Monday, March 3, 2008

Surprise! New Music!

Nine Inch Nails released a new instrumental double album last night.

Yeah, just like that. One minute their website had tour dates and the next it displayed a link to download this new album for five dollars.

Nobody really cares too much about instrumental albums, true, but the fact still stands: Nine Inch Nails, previously notorious for taking as many as six constipated years between releases, just dropped two hours of new music in the same way other bands might announce a new t-shirt design.

The internet has destroyed the traditional model of releasing new music.

It used to be so simple. A band would go in the studio, record a bunch of songs, and submit the cream of the crop to the record label, who would then package the album and release it to the public, sometimes after a lead single with accompanying video had been serviced to radio stations. Once the band had toured awhile and as much money had been squeezed out of the album as deemed possible, the band would start writing new material and the process would begin anew.

Not all bands in all genres followed this model, of course, but the point is new music was generally released every couple of years, with no small amount of accompanying fanfare and money burned. Each album took great financial investment. Each album was The Next One from the band that brought you The Last One.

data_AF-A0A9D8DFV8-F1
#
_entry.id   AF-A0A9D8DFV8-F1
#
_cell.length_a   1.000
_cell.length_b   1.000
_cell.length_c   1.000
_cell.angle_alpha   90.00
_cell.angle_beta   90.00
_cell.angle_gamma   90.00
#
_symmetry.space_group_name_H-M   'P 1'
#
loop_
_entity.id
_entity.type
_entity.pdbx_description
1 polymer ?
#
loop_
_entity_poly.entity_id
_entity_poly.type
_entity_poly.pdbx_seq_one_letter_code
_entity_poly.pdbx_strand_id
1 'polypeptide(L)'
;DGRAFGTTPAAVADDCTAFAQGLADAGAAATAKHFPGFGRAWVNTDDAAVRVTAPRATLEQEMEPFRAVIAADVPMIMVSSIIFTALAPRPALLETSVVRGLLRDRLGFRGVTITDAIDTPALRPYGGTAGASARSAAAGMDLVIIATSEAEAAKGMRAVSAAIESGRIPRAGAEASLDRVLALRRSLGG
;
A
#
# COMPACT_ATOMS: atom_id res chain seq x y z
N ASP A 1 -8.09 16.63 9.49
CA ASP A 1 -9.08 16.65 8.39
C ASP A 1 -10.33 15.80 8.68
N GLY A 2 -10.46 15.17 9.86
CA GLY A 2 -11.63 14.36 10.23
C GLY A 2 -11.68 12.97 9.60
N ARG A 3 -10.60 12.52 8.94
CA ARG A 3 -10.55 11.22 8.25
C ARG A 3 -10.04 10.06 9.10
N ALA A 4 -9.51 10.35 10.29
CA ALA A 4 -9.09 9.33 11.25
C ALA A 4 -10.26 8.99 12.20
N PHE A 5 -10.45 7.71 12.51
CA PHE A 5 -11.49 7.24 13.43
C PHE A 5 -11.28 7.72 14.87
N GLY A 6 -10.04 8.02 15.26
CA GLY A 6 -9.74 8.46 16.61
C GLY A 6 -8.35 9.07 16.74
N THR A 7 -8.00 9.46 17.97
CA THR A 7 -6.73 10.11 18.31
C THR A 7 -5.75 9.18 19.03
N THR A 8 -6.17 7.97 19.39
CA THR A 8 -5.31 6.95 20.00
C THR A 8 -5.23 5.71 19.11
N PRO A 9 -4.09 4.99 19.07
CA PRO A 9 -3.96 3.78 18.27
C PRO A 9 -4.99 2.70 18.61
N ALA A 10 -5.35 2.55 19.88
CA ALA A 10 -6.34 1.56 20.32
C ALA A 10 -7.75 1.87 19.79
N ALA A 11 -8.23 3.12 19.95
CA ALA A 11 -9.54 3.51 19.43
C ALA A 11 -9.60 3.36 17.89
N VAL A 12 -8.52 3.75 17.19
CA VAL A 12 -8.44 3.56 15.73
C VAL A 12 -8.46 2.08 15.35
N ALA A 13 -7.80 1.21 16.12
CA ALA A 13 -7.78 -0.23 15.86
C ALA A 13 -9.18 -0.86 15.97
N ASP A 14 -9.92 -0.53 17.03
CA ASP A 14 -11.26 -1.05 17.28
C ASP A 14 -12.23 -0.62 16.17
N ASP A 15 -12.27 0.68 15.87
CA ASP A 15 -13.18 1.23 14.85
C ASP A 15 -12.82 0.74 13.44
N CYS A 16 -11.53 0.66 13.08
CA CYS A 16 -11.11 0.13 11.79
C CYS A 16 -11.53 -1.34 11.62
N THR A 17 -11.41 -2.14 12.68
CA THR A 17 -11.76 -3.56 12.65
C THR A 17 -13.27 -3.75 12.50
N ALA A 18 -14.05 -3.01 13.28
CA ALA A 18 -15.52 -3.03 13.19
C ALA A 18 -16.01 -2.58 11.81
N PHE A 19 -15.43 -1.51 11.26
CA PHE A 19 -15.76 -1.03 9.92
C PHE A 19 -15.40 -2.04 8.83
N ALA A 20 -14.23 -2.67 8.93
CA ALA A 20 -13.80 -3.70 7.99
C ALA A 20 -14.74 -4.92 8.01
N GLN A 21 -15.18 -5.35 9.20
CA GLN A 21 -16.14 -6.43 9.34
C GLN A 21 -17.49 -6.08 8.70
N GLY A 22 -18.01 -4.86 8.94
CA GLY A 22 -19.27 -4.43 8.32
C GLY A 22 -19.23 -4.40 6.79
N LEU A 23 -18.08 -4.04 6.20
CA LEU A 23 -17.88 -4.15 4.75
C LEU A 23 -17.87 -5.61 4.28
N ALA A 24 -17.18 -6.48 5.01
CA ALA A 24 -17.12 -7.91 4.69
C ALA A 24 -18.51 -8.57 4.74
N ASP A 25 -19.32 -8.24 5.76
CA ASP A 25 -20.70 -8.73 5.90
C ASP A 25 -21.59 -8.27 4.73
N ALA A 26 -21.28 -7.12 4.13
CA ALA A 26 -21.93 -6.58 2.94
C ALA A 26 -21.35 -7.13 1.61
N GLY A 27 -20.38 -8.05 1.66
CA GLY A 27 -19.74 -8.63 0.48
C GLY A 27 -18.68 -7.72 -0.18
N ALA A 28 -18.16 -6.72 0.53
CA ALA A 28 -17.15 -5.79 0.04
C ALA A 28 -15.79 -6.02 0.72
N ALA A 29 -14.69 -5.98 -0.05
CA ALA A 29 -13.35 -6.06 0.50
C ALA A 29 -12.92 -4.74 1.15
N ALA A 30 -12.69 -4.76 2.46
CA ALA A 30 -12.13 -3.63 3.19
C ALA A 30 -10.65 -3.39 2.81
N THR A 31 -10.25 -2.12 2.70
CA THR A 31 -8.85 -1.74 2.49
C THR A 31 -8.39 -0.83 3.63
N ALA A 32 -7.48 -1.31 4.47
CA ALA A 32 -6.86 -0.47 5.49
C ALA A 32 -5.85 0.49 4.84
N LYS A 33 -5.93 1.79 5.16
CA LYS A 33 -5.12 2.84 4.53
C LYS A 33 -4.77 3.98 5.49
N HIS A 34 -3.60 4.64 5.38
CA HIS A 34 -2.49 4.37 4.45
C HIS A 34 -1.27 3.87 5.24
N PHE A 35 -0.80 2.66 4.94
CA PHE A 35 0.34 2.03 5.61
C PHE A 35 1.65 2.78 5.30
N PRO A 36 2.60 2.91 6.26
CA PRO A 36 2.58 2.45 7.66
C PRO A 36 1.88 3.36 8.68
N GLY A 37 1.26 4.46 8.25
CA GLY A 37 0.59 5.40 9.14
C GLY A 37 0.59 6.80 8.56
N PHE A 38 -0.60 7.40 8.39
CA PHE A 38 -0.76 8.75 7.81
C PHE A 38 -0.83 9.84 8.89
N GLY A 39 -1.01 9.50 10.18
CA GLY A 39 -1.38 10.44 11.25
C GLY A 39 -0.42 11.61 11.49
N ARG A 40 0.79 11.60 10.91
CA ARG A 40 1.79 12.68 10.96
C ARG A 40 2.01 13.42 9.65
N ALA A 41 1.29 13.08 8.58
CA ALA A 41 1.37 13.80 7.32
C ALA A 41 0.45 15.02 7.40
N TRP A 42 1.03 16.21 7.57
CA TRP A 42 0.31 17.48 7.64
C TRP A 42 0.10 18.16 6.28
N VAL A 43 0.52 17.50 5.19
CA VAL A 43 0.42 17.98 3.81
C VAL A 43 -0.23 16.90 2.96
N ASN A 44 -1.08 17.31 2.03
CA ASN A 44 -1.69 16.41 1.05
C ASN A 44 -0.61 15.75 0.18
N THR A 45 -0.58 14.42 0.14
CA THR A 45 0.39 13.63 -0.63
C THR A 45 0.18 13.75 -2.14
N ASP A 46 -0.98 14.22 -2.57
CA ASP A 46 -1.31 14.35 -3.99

Then along came the internet.

When Radiohead announced last fall that--surprise!--the new album was done and would be downloadable in a couple days I felt like someone had pulled the rug out from under me. What, no slow build-up of promotion and teasers? No lead in single, no video? No Tuesday lunch trip to Best buy on release day to hold the plastic jewelcase in my hands and study the track listing as I waited in line at the register? Does this album even count?

Hell yes it did. Not only did Radiohead release the album of the year, but by distributing it online they guaranteed that everyone would hear it.

And now Nine Inch Nails. Trent's been hinting about this for awhile, of course, and the Saul Williams disc was a dress rehearsal of sorts, but last night he did it, just like that.

"I've got a new album you had no idea I was working on and here it is."

A sudden instrumental double album (or, more appropriately, a quadruple-E.P.). Written over a tumultuous ten weeks and released without any of the surrounding fanfare and baggage, with hint of more on the horizon.

Can he do that? Does it even count?

The dying questions of an obsolete mindset.

Just like that.

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